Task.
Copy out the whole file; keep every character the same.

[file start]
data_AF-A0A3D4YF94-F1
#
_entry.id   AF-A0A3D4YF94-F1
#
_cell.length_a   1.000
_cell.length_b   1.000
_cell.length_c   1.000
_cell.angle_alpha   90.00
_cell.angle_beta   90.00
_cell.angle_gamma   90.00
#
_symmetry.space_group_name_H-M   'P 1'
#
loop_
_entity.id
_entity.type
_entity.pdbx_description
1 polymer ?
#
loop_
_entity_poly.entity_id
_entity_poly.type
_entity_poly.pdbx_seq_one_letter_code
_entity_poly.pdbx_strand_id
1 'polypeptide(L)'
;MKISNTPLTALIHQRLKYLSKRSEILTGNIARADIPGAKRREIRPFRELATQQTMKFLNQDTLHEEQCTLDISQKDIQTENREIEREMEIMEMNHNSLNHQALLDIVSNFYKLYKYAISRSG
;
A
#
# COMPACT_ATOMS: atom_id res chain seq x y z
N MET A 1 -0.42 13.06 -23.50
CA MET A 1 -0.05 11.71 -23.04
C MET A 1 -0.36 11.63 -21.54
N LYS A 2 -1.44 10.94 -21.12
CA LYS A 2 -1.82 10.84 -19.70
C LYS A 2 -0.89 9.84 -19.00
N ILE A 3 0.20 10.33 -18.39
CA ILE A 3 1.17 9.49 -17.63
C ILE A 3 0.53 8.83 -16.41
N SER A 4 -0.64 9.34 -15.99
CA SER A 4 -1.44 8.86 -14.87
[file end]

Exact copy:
data_AF-A0A3D4YF94-F1
#
_entry.id   AF-A0A3D4YF94-F1
#
_cell.length_a   1.000
_cell.length_b   1.000
_cell.length_c   1.000
_cell.angle_alpha   90.00
_cell.angle_beta   90.00
_cell.angle_gamma   90.00
#
_symmetry.space_group_name_H-M   'P 1'
#
loop_
_entity.id
_entity.type
_entity.pdbx_description
1 polymer ?
#
loop_
_entity_poly.entity_id
_entity_poly.type
_entity_poly.pdbx_seq_one_letter_code
_entity_poly.pdbx_strand_id
1 'polypeptide(L)'
;MKISNTPLTALIHQRLKYLSKRSEILTGNIARADIPGAKRREIRPFRELATQQTMKFLNQDTLHEEQCTLDISQKDIQTENREIEREMEIMEMNHNSLNHQALLDIVSNFYKLYKYAISRSG
;
A
#
# COMPACT_ATOMS: atom_id res chain seq x y z
N MET A 1 -0.42 13.06 -23.50
CA MET A 1 -0.05 11.71 -23.04
C MET A 1 -0.36 11.63 -21.54
N LYS A 2 -1.44 10.94 -21.12
CA LYS A 2 -1.82 10.84 -19.70
C LYS A 2 -0.89 9.84 -19.00
N ILE A 3 0.20 10.33 -18.39
CA ILE A 3 1.17 9.49 -17.63
C ILE A 3 0.53 8.83 -16.41
N SER A 4 -0.64 9.34 -15.99
CA SER A 4 -1.44 8.86 -14.87